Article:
P.S. Don't miss this distinction either:

The ideology of al-Qaeda is not a simple affair, and it is a serious mistake to reduce it to Wahhabism. To do so is to ignore the extent to which al-Qaeda broke with the traditional geo-political outlook of Wahhabism, which had never entered into politico-military opposition to the West and was indeed in alliance with the U.S. from 1945 onwards. Far from being a straightforward product of the Wahhabi tradition, al-Qaeda's jihad is in part rather the product of the crisis and fracturing of Wahhabism and of its relationships both to the Saudi royal family and to the U.S. since the early 1990s. To focus exclusively on the Wahhabi roots of al-Qaeda is also to ignore the crucial role of Egyptian radicalism, mediated by bin Laden's lieutenant, Ayman al-Zawahiri, the eventual leader of Tanzim al-Jihad, in determining the movement's vision and strategy.

I hope to turn to the Shi'a schools of Islamist thought soon. Happy Easter to all, in the meantime.

UPDATE: My apologies, I'm just now seeing that a large part of this post never got effectively posted and was lost. I'll try to reconstitute what I had originally written which was significantly more extensive. [OK, I found the rest of the text and inserted it. Guess the wifi on Harbour Island wasn't that great after all....]

Posted by Gregory at March 27, 2005 05:14 PM | TrackBack (4)


Thanks for a great post and a very useful link to the ICG report.

Posted by: John Burgess at March 27, 2005 11:47 PM | Permalink to this comment Permalink


A semantic point: how useful is it to refer to Zarqawi or his tactics as "fascistic?" The use of fascist as a perjorative has obvious attractions in our political discourse, but I don't know that Zarqawi has done anything yet that lacks precedent in Arab political life or that bears a more than coincidental relationship to anything real European fascists did. One might of course say the same about al Qaeda.

Posted by: Zathras at March 28, 2005 03:52 AM | Permalink to this comment Permalink

But the quoran is the same for all muslims, as are the hadiths.
Both are so hate filled, together with specific instructions, that 'reform' is not possible.
The 'messenger' of islam is the 'perfect' person in islam, and the center of their story, as Christ is for Christianity. The 'messengers' thoughts, acts and instructions are, to a considerable degree, simply unacceptable in a moral sense.
You cannot 'reform' the 'messenger' out of islam, you cannot change what he said and did.
This is a world problem, not a moslem one; a major religion, or deistic ideology, that is, at its core, unworthy.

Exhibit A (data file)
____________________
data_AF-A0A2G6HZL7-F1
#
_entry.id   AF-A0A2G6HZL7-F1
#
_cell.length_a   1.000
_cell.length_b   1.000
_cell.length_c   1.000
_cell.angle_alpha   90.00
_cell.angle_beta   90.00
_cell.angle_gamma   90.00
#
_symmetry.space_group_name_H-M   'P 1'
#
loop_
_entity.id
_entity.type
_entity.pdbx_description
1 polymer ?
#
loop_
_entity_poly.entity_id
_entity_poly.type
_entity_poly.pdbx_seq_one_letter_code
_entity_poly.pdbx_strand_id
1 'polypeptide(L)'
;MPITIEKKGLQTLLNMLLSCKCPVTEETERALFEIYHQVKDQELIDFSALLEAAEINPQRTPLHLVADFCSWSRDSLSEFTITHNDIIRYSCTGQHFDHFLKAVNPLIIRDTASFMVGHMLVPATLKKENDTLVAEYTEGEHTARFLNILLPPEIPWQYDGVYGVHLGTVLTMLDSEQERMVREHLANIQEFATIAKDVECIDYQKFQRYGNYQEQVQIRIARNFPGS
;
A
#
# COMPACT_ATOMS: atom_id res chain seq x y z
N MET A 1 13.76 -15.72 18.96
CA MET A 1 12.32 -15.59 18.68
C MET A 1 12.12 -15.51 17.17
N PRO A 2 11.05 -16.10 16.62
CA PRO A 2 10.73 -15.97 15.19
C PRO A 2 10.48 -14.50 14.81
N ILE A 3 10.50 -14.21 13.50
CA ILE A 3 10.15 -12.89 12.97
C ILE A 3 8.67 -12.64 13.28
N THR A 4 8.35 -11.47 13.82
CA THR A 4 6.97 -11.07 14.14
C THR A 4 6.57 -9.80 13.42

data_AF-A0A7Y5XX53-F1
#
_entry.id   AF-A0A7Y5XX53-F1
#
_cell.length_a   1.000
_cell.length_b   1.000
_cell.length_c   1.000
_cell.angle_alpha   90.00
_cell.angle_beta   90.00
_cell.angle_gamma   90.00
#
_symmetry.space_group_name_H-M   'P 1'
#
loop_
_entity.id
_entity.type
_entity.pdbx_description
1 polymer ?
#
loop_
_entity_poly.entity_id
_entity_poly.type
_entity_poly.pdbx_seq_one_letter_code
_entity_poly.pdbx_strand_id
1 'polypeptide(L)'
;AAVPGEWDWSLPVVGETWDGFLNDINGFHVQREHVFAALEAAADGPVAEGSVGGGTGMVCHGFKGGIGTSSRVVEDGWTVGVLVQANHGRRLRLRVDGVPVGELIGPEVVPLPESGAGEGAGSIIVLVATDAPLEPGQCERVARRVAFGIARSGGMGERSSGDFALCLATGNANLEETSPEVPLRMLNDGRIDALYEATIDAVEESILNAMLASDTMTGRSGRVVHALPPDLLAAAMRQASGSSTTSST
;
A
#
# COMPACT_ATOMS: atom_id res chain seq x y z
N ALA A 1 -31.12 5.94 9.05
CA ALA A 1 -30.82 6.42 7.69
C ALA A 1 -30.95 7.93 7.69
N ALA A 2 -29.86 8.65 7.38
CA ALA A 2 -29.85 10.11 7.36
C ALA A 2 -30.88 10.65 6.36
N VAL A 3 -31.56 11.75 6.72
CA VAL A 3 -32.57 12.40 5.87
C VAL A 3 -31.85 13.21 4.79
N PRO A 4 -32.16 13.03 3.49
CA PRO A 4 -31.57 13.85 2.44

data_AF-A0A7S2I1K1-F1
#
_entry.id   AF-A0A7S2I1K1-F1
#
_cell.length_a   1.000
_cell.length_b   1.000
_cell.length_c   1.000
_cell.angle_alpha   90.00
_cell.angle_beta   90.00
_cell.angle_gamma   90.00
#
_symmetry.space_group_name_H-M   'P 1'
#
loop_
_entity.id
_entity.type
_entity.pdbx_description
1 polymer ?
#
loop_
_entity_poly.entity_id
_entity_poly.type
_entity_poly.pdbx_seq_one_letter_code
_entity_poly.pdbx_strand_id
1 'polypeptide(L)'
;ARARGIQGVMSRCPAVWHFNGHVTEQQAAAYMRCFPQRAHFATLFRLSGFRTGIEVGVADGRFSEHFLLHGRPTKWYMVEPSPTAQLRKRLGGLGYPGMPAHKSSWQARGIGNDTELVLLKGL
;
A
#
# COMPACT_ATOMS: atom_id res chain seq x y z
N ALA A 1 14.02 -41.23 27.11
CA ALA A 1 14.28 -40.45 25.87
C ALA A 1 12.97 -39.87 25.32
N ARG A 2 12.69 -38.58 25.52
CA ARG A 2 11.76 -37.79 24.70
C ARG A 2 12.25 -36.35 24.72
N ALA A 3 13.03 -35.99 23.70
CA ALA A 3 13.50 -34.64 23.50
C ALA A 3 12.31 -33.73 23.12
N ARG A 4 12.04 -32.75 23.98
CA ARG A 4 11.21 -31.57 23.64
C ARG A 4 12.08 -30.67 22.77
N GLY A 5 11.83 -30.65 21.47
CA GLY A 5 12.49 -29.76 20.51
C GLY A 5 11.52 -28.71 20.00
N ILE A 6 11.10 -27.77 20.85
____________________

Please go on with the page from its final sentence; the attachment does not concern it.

Posted by: scarf at March 28, 2005 08:17 AM | Permalink to this comment Permalink

"The 'messengers' thoughts, acts and instructions are, to a considerable degree, simply unacceptable in a moral sense.
You cannot 'reform' the 'messenger' out of islam, you cannot change what he said and did.
This is a world problem, not a moslem one; a major religion, or deistic ideology, that is, at its core, unworthy."

No more so than the biblical old testament, which is, of course, still the official religion of the Jews.

At any rate, exactly what aspect of "the messenger" are you refering to?

Posted by: avedis at March 28, 2005 08:42 AM | Permalink to this comment Permalink

"No more so than the biblical old testament, which is, of course, still the official religion of the Jews."

So as not to leave such a claim unchallenged, it must be pointed out that this claim, no matter how appealing it might be to certain elements, is wrong on several counts.

Posted by: Barry Meislin at March 29, 2005 07:04 AM | Permalink to this comment Permalink

Sure Barry, you really are one of God's choosen people so when He tells you to put he non-believers to deaths - sparing none- its ok because it's real and it's ok.

Posted by: avedis at March 29, 2005 11:34 AM | Permalink to this comment Permalink

The report mixes the relatively moderate Turkish party with the Egyptian muslim brotherhood (ikwanis) and its offshoots - Im not sure this is accurate. The former group may well have accepted the nation state, modereated substantially any claims to a Sharia state, etc. Im NOT convinced the Ikwanis have come that far.

Im also a tad confused at the distinction between the ikwanis and the wahabis - my understanding is that the Ikwanis are heavily influenced by salafi thought - certainly theyre not particularly tolerant of Sufism and other traditional local forms of Islam? This also is tied in with the issues of missionaries, pushing a Salafist form of Islam against local traditions.

Posted by: liberalhawk at March 29, 2005 03:35 PM | Permalink to this comment Permalink

Avedis - while I dont agree with Meislins charecterization of Islam, I must clarify some things about Judaism. There is NO commandment to put "nonbeleivers" as such to death - there is a commandment to put all Amalekites to death - a specific group reviled for their attacks on innocent Israelites at a vulnerable time of the exodus. No amalekites have been seen for a couple of thousand years - and there is a ruling in Jewish law that maintains specifically that there are no more Amalekites, and so this commandment is effectively inoperative.

Posted by: liberalhawk at March 29, 2005 03:40 PM | Permalink to this comment Permalink

Sure there is, LH. The god of Abraham and Isaac frequently gives the order to put non-Jews to death.

The residents of Jerico would agree with me, as would philistines, Amalekites...........

And the bible is the word of god and The book to Live By according to believers.

Posted by: avedis at March 30, 2005 10:22 PM | Permalink to this comment Permalink